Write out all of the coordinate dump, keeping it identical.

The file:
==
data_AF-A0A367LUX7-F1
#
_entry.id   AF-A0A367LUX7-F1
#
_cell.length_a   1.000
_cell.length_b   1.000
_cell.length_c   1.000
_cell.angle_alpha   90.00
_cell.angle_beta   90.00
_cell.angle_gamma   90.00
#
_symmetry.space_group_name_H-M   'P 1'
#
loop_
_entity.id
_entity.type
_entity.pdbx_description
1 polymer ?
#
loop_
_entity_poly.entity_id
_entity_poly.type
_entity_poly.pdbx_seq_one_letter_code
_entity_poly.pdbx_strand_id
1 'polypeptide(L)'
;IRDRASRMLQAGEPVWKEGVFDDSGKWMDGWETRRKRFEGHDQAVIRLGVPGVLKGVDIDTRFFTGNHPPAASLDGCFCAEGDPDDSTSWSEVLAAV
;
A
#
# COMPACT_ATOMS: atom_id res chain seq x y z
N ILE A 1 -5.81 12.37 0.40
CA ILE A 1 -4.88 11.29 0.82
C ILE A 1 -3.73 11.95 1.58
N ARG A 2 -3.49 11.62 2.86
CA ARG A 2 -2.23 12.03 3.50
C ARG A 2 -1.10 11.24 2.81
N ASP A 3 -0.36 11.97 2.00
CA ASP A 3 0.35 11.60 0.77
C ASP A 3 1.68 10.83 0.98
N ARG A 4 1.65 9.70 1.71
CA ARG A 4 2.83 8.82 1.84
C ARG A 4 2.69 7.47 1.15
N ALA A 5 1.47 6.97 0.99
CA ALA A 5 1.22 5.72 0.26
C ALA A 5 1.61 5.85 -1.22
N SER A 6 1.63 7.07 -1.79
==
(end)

data_AF-A0A367LUX7-F1
#
_entry.id   AF-A0A367LUX7-F1
#
_cell.length_a   1.000
_cell.length_b   1.000
_cell.length_c   1.000
_cell.angle_alpha   90.00
_cell.angle_beta   90.00
_cell.angle_gamma   90.00
#
_symmetry.space_group_name_H-M   'P 1'
#
loop_
_entity.id
_entity.type
_entity.pdbx_description
1 polymer ?
#
loop_
_entity_poly.entity_id
_entity_poly.type
_entity_poly.pdbx_seq_one_letter_code
_entity_poly.pdbx_strand_id
1 'polypeptide(L)'
;IRDRASRMLQAGEPVWKEGVFDDSGKWMDGWETRRKRFEGHDQAVIRLGVPGVLKGVDIDTRFFTGNHPPAASLDGCFCAEGDPDDSTSWSEVLAAV
;
A
#
# COMPACT_ATOMS: atom_id res chain seq x y z
N ILE A 1 -5.81 12.37 0.40
CA ILE A 1 -4.88 11.29 0.82
C ILE A 1 -3.73 11.95 1.58
N ARG A 2 -3.49 11.62 2.86
CA ARG A 2 -2.23 12.03 3.50
C ARG A 2 -1.10 11.24 2.81
N ASP A 3 -0.36 11.97 2.00
CA ASP A 3 0.35 11.60 0.77
C ASP A 3 1.68 10.83 0.98
N ARG A 4 1.65 9.70 1.71
CA ARG A 4 2.83 8.82 1.84
C ARG A 4 2.69 7.47 1.15
N ALA A 5 1.47 6.97 0.99
CA ALA A 5 1.22 5.72 0.26
C ALA A 5 1.61 5.85 -1.22
N SER A 6 1.63 7.07 -1.79